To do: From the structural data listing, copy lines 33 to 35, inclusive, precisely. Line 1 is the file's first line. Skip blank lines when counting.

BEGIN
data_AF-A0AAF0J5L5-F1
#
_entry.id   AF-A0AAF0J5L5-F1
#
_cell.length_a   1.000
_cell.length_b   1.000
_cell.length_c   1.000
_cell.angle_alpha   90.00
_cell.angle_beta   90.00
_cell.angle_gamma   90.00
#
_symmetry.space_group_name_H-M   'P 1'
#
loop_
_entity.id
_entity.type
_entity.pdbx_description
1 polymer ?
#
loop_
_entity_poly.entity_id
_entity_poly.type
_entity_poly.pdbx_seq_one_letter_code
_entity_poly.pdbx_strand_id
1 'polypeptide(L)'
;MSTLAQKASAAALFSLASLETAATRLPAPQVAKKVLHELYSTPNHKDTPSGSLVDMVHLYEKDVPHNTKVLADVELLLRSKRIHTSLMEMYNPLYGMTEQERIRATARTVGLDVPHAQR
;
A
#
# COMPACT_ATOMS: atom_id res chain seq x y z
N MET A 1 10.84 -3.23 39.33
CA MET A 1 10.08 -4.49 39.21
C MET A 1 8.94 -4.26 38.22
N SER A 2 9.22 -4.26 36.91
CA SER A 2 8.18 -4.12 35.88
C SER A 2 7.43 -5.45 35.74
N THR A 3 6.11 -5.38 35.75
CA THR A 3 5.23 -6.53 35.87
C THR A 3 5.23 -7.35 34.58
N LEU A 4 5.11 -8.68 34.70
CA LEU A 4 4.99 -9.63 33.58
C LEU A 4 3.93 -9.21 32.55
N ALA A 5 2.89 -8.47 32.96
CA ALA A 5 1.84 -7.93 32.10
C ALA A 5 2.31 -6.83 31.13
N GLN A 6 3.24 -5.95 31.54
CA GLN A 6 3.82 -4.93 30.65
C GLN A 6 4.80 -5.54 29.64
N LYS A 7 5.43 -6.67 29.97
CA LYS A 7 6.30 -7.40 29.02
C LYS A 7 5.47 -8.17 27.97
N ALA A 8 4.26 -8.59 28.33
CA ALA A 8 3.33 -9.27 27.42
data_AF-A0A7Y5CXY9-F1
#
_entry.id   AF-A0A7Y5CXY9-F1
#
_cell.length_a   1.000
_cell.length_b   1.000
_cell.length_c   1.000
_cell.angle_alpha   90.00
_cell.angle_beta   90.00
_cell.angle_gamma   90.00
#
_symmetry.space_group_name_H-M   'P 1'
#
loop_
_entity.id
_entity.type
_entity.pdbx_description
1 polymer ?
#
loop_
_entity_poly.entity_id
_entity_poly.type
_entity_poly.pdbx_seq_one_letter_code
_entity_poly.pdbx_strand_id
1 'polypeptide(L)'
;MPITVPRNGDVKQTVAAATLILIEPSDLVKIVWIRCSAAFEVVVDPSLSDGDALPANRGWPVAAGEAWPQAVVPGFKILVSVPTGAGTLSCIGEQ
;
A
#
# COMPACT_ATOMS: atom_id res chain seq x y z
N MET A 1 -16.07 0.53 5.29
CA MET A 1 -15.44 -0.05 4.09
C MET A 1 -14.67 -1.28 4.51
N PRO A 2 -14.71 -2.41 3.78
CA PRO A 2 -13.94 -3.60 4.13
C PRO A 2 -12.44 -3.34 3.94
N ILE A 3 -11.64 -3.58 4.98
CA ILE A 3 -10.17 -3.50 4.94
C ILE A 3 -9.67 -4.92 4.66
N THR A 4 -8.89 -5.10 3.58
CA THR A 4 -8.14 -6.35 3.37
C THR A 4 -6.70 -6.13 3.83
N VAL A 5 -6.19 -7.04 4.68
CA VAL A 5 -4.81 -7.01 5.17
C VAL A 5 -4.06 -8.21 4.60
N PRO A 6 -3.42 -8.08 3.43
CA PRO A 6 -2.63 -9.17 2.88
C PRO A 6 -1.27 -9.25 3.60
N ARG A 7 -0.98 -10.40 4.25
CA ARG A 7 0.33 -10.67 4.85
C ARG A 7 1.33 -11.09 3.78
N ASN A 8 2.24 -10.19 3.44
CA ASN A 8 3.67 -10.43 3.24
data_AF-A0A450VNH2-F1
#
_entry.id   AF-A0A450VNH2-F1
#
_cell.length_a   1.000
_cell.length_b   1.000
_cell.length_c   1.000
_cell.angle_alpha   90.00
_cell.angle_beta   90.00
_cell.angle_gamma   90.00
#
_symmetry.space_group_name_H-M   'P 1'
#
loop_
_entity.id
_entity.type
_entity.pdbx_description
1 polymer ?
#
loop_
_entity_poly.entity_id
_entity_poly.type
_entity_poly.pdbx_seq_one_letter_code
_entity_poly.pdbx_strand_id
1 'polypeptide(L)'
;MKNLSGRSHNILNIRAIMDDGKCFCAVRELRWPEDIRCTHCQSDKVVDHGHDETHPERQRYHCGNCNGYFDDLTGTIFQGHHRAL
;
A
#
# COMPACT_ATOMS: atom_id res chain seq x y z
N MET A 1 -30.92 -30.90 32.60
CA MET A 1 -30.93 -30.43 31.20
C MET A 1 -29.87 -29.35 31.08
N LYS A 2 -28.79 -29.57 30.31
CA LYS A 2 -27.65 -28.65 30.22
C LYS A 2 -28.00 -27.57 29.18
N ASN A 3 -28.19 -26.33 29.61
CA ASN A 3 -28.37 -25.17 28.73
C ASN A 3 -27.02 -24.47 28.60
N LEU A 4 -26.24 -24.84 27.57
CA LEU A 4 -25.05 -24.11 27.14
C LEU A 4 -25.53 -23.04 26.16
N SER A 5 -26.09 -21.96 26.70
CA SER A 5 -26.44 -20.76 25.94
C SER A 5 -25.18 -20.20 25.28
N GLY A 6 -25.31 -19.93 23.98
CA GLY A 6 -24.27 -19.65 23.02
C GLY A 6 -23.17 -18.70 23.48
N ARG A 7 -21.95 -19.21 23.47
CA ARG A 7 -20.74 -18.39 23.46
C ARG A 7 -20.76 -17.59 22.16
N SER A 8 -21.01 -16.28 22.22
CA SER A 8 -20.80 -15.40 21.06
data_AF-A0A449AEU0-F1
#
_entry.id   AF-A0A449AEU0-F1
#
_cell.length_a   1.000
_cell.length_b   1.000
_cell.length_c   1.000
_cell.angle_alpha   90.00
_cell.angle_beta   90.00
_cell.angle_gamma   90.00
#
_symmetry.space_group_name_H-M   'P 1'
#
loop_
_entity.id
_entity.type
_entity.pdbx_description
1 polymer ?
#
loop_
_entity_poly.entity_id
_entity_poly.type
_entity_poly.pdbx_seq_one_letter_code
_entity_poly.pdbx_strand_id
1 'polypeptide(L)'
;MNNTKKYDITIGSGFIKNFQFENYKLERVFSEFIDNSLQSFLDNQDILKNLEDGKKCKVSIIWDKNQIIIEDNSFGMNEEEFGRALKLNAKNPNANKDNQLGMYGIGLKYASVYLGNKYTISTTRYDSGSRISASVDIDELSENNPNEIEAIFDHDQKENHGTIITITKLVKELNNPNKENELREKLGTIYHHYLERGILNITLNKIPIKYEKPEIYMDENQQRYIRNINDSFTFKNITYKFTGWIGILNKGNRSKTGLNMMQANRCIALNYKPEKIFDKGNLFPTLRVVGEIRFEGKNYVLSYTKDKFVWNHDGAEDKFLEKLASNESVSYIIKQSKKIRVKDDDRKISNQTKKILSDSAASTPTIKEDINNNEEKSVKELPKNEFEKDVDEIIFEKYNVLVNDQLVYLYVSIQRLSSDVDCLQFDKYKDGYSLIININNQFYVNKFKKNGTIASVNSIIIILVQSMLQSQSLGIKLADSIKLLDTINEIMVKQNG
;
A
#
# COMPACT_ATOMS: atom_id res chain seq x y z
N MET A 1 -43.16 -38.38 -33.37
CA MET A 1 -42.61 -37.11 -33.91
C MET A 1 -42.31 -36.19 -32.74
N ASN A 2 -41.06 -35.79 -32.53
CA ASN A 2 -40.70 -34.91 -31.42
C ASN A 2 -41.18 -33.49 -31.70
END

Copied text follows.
C MET A 1 8.94 -4.26 38.22
N SER A 2 9.22 -4.26 36.91
CA SER A 2 8.18 -4.12 35.88